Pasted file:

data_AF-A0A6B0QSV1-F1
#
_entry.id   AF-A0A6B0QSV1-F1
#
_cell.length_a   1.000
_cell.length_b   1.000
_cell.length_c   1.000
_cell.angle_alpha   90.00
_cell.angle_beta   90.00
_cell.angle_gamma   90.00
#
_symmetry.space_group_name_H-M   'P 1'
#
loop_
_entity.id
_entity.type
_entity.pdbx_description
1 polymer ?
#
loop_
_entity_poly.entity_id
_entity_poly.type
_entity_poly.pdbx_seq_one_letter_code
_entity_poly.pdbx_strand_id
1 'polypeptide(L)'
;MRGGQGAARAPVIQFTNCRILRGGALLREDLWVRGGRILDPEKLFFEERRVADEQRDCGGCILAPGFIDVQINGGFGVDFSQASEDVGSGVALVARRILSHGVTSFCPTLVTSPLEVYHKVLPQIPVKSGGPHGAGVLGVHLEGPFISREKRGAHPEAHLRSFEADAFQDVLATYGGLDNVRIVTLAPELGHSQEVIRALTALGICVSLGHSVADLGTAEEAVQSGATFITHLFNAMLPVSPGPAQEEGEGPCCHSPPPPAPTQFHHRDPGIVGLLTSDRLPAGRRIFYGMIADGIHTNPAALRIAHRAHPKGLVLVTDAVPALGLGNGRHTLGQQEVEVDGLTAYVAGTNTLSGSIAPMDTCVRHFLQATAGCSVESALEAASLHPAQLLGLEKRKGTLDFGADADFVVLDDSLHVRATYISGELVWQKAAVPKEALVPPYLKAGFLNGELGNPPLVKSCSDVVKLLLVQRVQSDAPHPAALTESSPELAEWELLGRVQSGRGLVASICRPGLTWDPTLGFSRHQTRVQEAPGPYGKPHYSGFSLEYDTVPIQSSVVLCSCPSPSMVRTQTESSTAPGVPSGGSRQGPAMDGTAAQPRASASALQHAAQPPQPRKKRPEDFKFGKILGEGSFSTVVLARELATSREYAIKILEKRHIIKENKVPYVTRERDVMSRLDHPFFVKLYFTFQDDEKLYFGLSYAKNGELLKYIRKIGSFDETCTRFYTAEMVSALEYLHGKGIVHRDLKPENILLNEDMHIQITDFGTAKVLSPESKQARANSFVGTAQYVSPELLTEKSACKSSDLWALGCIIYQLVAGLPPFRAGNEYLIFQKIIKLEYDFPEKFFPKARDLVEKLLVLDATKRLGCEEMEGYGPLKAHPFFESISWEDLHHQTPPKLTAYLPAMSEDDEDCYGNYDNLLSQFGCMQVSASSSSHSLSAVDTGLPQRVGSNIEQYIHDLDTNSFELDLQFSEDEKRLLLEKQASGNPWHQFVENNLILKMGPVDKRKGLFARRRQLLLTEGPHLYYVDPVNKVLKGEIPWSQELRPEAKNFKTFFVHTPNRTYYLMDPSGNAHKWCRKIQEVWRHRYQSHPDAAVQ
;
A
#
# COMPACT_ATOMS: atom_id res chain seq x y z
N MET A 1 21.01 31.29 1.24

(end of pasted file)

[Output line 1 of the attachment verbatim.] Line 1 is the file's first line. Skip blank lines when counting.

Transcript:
data_AF-A0A6B0QSV1-F1